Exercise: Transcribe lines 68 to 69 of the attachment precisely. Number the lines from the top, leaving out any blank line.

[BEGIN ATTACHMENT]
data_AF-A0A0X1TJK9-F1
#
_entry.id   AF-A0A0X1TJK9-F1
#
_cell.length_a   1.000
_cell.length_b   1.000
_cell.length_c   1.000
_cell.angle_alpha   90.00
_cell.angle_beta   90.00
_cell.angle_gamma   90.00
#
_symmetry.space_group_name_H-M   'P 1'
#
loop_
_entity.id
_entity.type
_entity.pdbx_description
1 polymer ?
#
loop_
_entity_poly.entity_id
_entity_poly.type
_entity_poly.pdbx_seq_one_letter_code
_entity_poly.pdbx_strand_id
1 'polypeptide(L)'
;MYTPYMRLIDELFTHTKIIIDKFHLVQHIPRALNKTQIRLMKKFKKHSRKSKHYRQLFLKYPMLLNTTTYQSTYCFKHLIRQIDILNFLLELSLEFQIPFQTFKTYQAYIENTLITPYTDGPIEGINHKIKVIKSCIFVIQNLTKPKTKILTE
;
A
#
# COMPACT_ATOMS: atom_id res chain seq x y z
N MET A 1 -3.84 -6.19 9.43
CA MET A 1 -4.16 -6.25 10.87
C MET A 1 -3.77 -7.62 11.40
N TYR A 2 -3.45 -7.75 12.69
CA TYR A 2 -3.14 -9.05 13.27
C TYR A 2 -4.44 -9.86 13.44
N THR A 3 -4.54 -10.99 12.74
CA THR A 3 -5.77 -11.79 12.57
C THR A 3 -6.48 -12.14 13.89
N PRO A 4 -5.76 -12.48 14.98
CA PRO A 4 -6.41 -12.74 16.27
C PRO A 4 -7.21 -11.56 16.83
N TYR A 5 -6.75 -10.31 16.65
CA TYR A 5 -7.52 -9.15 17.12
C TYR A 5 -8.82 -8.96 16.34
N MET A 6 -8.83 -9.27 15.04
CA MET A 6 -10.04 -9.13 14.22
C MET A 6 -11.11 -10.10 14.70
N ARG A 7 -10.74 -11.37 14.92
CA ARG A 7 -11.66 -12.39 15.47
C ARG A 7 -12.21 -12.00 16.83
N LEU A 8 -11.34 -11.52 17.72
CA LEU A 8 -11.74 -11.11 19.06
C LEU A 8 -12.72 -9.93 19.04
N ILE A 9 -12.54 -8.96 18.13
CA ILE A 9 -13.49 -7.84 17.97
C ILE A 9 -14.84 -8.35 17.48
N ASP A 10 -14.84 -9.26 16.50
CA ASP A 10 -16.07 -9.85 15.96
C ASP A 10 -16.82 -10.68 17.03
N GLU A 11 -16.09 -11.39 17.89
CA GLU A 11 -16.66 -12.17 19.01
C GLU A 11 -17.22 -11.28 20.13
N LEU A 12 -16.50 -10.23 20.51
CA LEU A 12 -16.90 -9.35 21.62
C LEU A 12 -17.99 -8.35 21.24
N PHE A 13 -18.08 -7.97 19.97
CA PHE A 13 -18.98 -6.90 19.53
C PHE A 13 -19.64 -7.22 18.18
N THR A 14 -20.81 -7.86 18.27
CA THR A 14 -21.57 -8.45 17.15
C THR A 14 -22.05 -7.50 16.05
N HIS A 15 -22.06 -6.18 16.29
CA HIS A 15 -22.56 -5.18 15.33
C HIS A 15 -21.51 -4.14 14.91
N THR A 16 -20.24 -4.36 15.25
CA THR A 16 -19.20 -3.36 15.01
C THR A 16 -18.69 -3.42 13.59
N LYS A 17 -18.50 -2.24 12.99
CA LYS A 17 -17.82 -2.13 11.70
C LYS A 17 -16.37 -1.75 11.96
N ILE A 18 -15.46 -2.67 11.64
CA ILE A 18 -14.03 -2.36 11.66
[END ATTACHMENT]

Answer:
CA PHE A 13 -18.98 -6.90 19.53
C PHE A 13 -19.64 -7.22 18.18